He was in the traveling company of The Caine Mutiny Court-Martial. Charles Laughton was the director and Henry Fonda starred. He had four lines. Every night he would sit there and watch Henry Fonda. That’s how he learned to act.
He met your mom in 1956, married her two weeks later, and stayed married until his death. Did his commitment to family play a role in his success?
I think everybody needs a solid foundation. If you have that, you can clear your mind to do other things. But he was a very devoted family man. I can tell you that.
He went from four lines in a play to starring in Maverick three years later. That’s a quick jump to stardom.
He was a contract player at Warner Bros. at the time. He did a guest role on something and they said, “Hey let’s try this guy” for Maverick. And when it’s right, it’s right. He was making something like $175 per week doing Maverick, but he was thankful to have a job.
He became a movie star almost as quickly as he had become a TV star. Do you remember the first time you saw him on the big screen?
I remember seeing The Thrill Of It All in a theater (in 1963). There’s a scene where he drives into a swimming pool and you could see the car going down, down, down. And I started screaming because I thought my dad was drowning.
In 1981, he revived the Maverick character for what we might call a “reboot.” It’s common today, but pretty unusual back then.
I think he understood what people like and would gravitate to. My dad was a very smart person. He didn’t have a whole lot of school, but he was really street-smart.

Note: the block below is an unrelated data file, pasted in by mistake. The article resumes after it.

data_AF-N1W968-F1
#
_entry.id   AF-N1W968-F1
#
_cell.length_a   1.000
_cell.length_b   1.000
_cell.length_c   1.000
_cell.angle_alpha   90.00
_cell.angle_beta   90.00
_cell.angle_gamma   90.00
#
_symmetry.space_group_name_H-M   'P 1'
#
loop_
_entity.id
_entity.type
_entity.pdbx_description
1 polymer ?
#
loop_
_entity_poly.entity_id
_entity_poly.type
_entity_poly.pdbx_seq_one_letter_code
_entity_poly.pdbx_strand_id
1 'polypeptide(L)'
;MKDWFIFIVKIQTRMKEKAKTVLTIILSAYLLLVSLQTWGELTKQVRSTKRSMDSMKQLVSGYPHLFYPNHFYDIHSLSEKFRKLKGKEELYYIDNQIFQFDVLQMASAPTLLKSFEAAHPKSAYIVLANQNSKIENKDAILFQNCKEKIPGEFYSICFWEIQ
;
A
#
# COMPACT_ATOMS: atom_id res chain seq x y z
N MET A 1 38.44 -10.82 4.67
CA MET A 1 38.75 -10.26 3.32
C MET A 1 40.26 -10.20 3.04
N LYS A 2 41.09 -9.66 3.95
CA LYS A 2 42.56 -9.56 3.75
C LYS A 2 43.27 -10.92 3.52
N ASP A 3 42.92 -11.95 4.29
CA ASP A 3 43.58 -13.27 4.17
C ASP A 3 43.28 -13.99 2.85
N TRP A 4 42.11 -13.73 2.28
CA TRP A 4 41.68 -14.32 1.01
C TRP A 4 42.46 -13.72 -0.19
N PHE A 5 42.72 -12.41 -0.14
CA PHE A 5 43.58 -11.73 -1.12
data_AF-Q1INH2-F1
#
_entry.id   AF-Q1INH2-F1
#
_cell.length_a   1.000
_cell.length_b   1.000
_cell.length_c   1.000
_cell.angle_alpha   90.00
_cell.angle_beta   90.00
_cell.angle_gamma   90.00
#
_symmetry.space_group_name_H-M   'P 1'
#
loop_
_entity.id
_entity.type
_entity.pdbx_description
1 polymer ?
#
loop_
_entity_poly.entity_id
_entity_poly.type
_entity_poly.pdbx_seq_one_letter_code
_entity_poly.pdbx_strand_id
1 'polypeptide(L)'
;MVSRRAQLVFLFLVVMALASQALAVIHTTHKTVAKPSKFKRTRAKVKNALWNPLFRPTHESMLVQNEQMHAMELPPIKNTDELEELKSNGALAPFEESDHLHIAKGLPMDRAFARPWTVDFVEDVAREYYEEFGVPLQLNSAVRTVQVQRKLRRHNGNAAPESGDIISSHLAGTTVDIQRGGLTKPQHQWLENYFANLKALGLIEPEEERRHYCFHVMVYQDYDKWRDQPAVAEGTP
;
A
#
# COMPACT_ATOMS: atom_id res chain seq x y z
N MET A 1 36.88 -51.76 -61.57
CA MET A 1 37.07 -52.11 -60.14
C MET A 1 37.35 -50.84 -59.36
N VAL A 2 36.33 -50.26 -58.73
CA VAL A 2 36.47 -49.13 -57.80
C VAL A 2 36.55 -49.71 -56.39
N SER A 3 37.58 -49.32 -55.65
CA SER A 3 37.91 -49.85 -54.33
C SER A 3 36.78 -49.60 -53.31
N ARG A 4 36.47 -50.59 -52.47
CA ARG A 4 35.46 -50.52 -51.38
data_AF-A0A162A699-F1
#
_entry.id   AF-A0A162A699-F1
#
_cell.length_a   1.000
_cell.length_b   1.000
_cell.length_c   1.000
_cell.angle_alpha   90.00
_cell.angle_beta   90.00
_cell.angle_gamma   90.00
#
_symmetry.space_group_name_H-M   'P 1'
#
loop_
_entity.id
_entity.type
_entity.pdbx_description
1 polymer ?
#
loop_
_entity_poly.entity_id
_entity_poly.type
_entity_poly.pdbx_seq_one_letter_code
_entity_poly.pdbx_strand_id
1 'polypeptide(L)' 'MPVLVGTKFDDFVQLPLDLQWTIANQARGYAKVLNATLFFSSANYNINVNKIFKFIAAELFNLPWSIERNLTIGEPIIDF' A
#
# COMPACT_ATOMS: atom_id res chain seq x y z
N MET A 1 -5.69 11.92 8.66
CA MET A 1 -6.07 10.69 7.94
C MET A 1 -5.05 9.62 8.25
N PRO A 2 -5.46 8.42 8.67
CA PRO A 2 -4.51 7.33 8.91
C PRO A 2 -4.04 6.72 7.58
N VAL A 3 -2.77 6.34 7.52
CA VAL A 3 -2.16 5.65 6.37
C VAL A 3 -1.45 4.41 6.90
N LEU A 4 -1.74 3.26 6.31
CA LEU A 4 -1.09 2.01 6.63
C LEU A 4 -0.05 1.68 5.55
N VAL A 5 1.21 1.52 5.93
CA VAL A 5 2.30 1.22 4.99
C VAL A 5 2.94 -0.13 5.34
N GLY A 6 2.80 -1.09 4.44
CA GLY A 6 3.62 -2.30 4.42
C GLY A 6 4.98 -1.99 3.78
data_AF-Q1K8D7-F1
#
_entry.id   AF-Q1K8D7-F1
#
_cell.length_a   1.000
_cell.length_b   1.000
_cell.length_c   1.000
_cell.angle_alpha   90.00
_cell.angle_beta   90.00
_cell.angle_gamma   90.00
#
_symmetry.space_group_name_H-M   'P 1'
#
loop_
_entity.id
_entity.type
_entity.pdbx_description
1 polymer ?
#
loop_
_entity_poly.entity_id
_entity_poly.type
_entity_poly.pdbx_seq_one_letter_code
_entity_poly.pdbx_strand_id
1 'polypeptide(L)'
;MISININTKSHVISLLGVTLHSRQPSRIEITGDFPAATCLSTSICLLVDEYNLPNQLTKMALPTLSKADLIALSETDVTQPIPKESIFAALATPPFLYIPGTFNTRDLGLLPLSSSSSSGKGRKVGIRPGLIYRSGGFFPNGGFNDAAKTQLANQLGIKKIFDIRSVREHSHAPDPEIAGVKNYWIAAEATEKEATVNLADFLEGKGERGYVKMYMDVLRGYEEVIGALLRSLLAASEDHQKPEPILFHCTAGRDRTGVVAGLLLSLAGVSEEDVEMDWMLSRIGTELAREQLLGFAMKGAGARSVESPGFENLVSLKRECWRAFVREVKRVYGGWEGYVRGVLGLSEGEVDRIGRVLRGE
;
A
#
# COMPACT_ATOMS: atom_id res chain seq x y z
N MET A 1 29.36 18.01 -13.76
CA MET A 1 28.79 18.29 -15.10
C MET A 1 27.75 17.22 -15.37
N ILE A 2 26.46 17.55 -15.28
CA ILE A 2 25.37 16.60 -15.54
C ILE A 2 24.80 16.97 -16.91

Was he nervous about ‘80s audiences embracing a character he first played in the ‘50s?
I’m sure it crossed his mind, but I don’t think he got too wrapped up in “I hope this works!” He was never like that. He was like, “Let’s give it a shot. If it sticks, it sticks. If it doesn’t, move on to the next thing.”
He was in his 50s when he returned as Bret Maverick, and he played the character as a man in his 50s. Nowadays, most actors would try to act like they’re still 20.
Yeah. It was really kind of a brave, bold statement for him to do something like that. But my dad was never afraid of what anybody thought. He just always did what he felt was a good fit.
Bret Maverick reunites your father with Stuart Margolin, who played Angel on The Rockford Files. Do you have a relationship with Stuart?
I love that man. He would say that my dad was as good to him as his own father. They were very much like two peas in a pod. They got along really well, and Stuart really respected my dad.
How did Ed Bruce — the Country singer who did “Mammas Don’t Let Your Babies Grow Up to Be Cowboys” — end up as your dad’s co-star on Bret Maverick?
At the time, my dad was really close friends with Waylon Jennings and Willie Nelson and the boys, and he would hang out with all those Country & Western peeps. He ended up getting to know Ed Bruce really well and liked him so much that he cast him.
What was your dad’s favorite of the films he made?
I think his overall favorite was The Americanization of Emily (1964) with Julie Andrews, because that was a real statement at the time, written by Paddy Chayefsky. My dad really embraced that character and he had incredible chemistry with Julie Andrews. A close second was Grand Prix (1966), where he did all the driving himself, even the stunts.
Did he ever drive in actual races?
Yes. He owned a racing team and drove in the Baja 1000 and came in second. He loved racing.
How did James Garner feel about his fans?
He loved the fans. He never, ever denied a picture, an autograph, or a handshake. He just genuinely loved people, and he wasn’t pretending.
Your dad continued to act well into his ‘80s. What do you think was his favorite part of the work?
I think his favorite part of the work was just showing up. He was the first person on the set every day. He loved going to work, being with his crew and the cast. He loved the camaraderie. And he loved making things that people enjoyed watching.